Fe y Alegría Chad: growing roots
With 80% of the population living in poverty, three fourths of adults being illiterate and more than 60% youth in the same situation, Chad was the country chosen by our partners of Fe y Alegría at the end of 2007 to start working in Africa. This is how Foi et Joie, was born, in the Southern region of Guéra, with the objective of promoting quality education, in order to allow a fairer and solidarity society.
Today, the work has reached 8 community rural schools and planning to extend to 17, another similar network in the process of formation and a ‘foyer’ (home for youth) with school related activities. In addition, progress is being made in creating a "very good team" and there is close collaboration with the public education since local authorities "greatly appreciate" Foi et Joie. This has been reported by Nicolás Dorronsoro, Deputy Director for Foie et Joie Chad and Beatriz Borjas, who, as head of Formation and Investigation for Fe y Alegría Venezuela, supported the Chad team for several months.
In addition to the presence of the Society of Jesus in Chad for over 50 years, which according to Nicolas provides a "very good field knowledge" both agree that the main strength of the project is to work" within an existent infrastructure: the rural community schools" explains Beatriz. "We do not work in parallel to the public education. We are completely tied to the State" according to Foie et Joie, Deputy Director, with years of experience in Africa with the Jesuit Refugee Service, JRS.
These schools are situated in the villages. Parents help build the classrooms and pay the teachers who generally have only secondary education. The State pays for a ‘formé’ teacher or official public servant with a higher degree who usually runs the school. This is the context in which Foi et Joie tries to improve the quality of the education given. After studying the pedagogic level of the schools by thorough capacity tests for all the teachers, they observed a very low level, says Nicolás.
Joining the village and the school
The activity is intense: infrastructures of several schools have been improved so that students won´t be overcrowded, and teacher training has started for both Fe y Alegría and the delegates of national Education in addition to regular meetings with parents.
This is one of long term the success reasons, according to Dorronsoro: “We look for places with most activity and organization. This is vital in order to pull a school through. If you build it and leave the place, the school ends up falling apart. This is why we build them with the community so that they may believe in it, participate and feel that it is something good, thus joining village with school. Where we don´t see this commitment we are working on raising awareness to achieve it". Because "collaboration between parents Foi et Joie is the starting point of the work" according to Beatriz.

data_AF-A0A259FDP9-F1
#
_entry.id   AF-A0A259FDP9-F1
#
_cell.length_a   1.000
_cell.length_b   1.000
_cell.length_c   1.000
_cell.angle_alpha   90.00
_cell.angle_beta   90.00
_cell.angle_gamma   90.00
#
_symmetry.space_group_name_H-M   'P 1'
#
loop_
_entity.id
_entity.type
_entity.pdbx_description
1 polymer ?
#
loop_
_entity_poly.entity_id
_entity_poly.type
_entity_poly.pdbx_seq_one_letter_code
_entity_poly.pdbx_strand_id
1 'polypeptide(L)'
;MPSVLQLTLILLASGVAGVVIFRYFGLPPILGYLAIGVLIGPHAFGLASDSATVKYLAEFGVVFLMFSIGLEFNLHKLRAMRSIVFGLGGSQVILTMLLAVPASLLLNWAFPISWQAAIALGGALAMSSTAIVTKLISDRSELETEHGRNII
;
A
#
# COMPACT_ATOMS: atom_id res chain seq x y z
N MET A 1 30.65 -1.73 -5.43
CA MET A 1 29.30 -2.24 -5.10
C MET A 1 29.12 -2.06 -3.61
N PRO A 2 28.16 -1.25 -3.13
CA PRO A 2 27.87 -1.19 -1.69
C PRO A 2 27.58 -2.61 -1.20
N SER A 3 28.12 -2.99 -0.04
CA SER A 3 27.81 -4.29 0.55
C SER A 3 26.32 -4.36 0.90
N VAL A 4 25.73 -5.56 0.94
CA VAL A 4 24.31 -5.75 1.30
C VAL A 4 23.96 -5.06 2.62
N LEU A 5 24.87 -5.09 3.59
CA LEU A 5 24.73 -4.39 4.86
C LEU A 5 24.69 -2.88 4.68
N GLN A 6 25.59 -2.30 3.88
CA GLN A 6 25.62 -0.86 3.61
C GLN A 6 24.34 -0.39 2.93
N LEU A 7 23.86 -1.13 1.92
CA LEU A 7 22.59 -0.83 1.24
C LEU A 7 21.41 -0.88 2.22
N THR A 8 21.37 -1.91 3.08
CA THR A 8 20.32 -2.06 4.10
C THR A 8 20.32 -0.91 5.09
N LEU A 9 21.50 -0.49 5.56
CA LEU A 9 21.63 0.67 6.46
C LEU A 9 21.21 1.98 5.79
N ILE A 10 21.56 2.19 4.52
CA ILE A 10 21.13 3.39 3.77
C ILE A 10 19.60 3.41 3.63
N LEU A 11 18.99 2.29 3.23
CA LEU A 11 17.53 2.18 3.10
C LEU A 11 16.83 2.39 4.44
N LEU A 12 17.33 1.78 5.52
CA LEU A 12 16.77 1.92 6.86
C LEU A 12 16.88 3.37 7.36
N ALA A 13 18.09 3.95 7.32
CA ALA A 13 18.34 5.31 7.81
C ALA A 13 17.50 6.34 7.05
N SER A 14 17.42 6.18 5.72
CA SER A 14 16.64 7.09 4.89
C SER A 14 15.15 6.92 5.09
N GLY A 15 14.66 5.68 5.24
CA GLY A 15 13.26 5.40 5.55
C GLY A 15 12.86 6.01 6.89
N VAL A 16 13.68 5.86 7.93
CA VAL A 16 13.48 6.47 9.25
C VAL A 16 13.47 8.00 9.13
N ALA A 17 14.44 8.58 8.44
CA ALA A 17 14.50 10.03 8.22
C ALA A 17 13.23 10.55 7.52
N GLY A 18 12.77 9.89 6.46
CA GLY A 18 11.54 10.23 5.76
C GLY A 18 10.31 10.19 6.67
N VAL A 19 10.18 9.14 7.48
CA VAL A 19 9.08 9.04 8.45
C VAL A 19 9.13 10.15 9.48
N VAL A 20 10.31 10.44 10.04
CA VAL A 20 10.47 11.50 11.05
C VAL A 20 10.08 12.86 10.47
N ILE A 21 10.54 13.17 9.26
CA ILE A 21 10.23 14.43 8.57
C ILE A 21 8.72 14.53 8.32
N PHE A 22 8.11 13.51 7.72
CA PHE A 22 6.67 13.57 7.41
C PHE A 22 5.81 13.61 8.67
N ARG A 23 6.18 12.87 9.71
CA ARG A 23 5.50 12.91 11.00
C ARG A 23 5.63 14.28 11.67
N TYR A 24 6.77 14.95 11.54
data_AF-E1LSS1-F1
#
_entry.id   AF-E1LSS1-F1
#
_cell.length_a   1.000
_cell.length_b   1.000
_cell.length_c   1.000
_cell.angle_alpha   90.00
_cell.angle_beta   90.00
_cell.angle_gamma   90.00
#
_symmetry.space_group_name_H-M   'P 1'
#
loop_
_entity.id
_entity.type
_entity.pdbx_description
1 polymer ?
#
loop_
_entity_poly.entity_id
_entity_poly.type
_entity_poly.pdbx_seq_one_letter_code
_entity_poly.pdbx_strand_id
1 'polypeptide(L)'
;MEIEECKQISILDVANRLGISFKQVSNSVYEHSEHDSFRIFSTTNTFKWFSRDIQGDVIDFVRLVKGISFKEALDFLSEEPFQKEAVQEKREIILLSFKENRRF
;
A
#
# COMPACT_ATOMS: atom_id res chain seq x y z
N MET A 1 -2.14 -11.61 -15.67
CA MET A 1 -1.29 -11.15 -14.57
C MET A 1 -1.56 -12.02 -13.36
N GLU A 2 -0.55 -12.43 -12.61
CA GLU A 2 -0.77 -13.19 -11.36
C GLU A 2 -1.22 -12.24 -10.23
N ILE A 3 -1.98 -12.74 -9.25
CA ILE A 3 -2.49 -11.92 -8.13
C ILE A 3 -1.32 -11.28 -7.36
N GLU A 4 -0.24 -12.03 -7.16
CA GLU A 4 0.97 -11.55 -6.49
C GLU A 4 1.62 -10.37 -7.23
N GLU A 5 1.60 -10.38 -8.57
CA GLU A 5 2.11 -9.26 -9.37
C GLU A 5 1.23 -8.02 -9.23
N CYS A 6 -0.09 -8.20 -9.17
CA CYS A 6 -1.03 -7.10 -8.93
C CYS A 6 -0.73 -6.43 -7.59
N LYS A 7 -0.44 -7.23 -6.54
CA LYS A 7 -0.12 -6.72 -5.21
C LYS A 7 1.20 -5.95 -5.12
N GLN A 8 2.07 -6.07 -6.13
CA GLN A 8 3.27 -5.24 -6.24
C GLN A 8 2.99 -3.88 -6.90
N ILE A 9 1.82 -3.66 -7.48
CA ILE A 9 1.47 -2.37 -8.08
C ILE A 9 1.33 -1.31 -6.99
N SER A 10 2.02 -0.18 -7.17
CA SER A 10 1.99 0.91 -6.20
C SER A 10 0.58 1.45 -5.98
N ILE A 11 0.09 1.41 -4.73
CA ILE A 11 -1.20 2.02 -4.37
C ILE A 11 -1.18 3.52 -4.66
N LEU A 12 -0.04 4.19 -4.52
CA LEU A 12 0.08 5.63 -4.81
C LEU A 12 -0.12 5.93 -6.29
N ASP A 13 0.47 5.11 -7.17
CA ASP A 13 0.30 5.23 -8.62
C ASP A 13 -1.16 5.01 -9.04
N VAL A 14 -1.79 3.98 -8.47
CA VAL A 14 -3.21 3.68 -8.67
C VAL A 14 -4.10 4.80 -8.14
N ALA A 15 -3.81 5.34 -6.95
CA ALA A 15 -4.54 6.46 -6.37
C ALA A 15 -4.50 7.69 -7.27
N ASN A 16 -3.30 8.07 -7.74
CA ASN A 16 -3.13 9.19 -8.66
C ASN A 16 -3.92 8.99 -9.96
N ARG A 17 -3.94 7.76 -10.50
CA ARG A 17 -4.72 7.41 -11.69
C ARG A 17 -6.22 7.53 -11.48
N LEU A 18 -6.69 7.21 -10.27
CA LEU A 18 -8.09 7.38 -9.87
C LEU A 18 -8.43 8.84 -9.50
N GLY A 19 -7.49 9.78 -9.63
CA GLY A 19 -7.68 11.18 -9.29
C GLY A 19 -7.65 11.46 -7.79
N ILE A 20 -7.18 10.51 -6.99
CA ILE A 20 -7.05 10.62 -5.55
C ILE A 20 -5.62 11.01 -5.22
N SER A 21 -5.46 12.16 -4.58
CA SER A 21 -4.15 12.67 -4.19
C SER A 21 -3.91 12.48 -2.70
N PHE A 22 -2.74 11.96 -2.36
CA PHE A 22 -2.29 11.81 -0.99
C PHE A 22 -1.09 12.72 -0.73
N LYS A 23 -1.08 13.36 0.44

There are also regular meetings with the education regional delegate, another vital support for these first steps in Chad, "He appreciates us very much, a great believer in Fe y Alegría ad thanks to this we have a good team, since he sends us very good school directors" says Nicolás, satisfied with this good relationship in spite of the differences of religion.
Main challenges: gender and intercultural issues
Our colleagues in Chad are gaining acceptance and respect and Fe y Alegría´s work is being valued and supported. “People know us and have a positive view of the Jesuits in the region. We don´t have religious problems, we rather have a tolerant image. We think that we have to adapt our message to the audience and especially that children may capable of learning and choosing" explains Nicolás, stressing the fact that all training programmes are endorsed by the State.
The language diversity, however, is turning out to be a more complex reality when it comes to working. Chadian Arab and French are the two official languages, but in Guera, only literate people(a minority) speak French because it is taught in school. In addition there are 35 other local languages. "We will always need someone to speak Chadian Arab, since it is the main language" says Beatriz Borjas.
But the great challenge is the integration of girls and women both in education and n social participation. According to Beatriz "In the first three years of school there are many girls, but as they get older they are needed as household help or in the field: they drop out or start to arrive late, have no time for their homework and they make slower progress". Also a challenge is to increase parent participation in school. "Sometimes, women are the treasurers but it is mostly done by men", says Beatriz.
“We have great possibilities in growing in the country and in Africa" continues Beatriz, who says she has come back "in love with the project", but it will take years of efforts to improve quality education in the most impoverished communities. "Our work is like the drop that falls on the stone and slowly makes a trace" compares Nicolas. For the moment, those first drops are full of hope and progressing on the right track. From now on we only have to keep on growing.